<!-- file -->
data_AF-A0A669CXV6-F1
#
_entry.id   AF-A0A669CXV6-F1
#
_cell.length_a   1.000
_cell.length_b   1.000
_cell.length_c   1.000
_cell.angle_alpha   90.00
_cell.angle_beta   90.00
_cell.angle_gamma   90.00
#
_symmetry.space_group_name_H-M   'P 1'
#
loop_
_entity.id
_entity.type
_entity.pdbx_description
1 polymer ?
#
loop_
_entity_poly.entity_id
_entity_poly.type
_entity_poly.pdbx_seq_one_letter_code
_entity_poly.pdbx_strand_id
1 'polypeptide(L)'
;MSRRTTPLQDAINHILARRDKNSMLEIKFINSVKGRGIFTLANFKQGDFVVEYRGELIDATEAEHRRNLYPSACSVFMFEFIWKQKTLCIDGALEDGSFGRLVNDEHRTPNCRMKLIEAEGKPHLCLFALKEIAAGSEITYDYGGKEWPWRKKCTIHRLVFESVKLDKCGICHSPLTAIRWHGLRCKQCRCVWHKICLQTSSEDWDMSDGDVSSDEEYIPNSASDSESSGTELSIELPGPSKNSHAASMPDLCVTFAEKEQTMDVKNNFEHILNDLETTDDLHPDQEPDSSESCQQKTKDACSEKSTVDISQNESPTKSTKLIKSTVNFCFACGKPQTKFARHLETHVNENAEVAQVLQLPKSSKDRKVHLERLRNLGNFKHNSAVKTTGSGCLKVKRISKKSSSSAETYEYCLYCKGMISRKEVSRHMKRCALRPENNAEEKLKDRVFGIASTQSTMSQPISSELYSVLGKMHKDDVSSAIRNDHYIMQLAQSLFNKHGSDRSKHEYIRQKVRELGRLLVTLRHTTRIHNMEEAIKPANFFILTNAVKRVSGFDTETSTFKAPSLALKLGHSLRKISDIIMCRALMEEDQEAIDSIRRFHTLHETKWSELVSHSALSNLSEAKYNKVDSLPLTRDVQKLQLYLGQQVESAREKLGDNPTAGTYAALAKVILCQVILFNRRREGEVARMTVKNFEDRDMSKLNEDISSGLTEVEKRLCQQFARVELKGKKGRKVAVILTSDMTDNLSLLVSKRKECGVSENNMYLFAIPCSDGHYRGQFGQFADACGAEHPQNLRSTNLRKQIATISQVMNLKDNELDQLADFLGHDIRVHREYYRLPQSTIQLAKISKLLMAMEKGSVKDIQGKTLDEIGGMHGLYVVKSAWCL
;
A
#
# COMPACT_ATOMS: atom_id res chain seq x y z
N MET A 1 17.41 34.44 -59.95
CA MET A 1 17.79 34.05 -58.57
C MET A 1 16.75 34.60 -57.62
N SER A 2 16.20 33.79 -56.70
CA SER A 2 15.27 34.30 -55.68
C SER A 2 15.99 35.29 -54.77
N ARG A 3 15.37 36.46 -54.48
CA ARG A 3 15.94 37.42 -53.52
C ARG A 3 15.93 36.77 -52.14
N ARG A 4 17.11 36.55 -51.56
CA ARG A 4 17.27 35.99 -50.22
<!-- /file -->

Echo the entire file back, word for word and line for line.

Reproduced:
data_AF-A0A669CXV6-F1
#
_entry.id   AF-A0A669CXV6-F1
#
_cell.length_a   1.000
_cell.length_b   1.000
_cell.length_c   1.000
_cell.angle_alpha   90.00
_cell.angle_beta   90.00
_cell.angle_gamma   90.00
#
_symmetry.space_group_name_H-M   'P 1'
#
loop_
_entity.id
_entity.type
_entity.pdbx_description
1 polymer ?
#
loop_
_entity_poly.entity_id
_entity_poly.type
_entity_poly.pdbx_seq_one_letter_code
_entity_poly.pdbx_strand_id
1 'polypeptide(L)'
;MSRRTTPLQDAINHILARRDKNSMLEIKFINSVKGRGIFTLANFKQGDFVVEYRGELIDATEAEHRRNLYPSACSVFMFEFIWKQKTLCIDGALEDGSFGRLVNDEHRTPNCRMKLIEAEGKPHLCLFALKEIAAGSEITYDYGGKEWPWRKKCTIHRLVFESVKLDKCGICHSPLTAIRWHGLRCKQCRCVWHKICLQTSSEDWDMSDGDVSSDEEYIPNSASDSESSGTELSIELPGPSKNSHAASMPDLCVTFAEKEQTMDVKNNFEHILNDLETTDDLHPDQEPDSSESCQQKTKDACSEKSTVDISQNESPTKSTKLIKSTVNFCFACGKPQTKFARHLETHVNENAEVAQVLQLPKSSKDRKVHLERLRNLGNFKHNSAVKTTGSGCLKVKRISKKSSSSAETYEYCLYCKGMISRKEVSRHMKRCALRPENNAEEKLKDRVFGIASTQSTMSQPISSELYSVLGKMHKDDVSSAIRNDHYIMQLAQSLFNKHGSDRSKHEYIRQKVRELGRLLVTLRHTTRIHNMEEAIKPANFFILTNAVKRVSGFDTETSTFKAPSLALKLGHSLRKISDIIMCRALMEEDQEAIDSIRRFHTLHETKWSELVSHSALSNLSEAKYNKVDSLPLTRDVQKLQLYLGQQVESAREKLGDNPTAGTYAALAKVILCQVILFNRRREGEVARMTVKNFEDRDMSKLNEDISSGLTEVEKRLCQQFARVELKGKKGRKVAVILTSDMTDNLSLLVSKRKECGVSENNMYLFAIPCSDGHYRGQFGQFADACGAEHPQNLRSTNLRKQIATISQVMNLKDNELDQLADFLGHDIRVHREYYRLPQSTIQLAKISKLLMAMEKGSVKDIQGKTLDEIGGMHGLYVVKSAWCL
;
A
#
# COMPACT_ATOMS: atom_id res chain seq x y z
N MET A 1 17.41 34.44 -59.95
CA MET A 1 17.79 34.05 -58.57
C MET A 1 16.75 34.60 -57.62
N SER A 2 16.20 33.79 -56.70
CA SER A 2 15.27 34.30 -55.68
C SER A 2 15.99 35.29 -54.77
N ARG A 3 15.37 36.46 -54.48
CA ARG A 3 15.94 37.42 -53.52
C ARG A 3 15.93 36.77 -52.14
N ARG A 4 17.11 36.55 -51.56
CA ARG A 4 17.27 35.99 -50.22